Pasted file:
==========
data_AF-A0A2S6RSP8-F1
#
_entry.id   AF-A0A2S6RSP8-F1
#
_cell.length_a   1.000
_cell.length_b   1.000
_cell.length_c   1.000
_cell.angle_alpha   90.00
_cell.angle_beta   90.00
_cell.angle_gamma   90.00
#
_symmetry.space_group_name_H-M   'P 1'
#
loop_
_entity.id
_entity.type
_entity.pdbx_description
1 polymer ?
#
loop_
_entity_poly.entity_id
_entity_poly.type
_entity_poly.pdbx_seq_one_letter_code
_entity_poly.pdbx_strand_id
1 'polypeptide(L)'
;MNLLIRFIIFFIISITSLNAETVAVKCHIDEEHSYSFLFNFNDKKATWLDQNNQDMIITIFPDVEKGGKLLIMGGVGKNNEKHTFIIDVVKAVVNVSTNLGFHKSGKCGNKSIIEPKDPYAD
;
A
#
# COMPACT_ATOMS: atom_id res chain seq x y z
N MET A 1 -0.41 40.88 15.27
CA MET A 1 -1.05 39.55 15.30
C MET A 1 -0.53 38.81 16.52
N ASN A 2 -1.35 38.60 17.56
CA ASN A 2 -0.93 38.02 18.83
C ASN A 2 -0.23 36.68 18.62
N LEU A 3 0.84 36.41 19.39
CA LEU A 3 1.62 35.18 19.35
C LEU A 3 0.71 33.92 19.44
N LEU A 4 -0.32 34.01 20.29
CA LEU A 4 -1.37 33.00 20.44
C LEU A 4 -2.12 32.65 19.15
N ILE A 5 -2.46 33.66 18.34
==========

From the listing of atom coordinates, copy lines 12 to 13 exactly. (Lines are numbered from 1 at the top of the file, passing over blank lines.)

_symmetry.space_group_name_H-M   'P 1'
#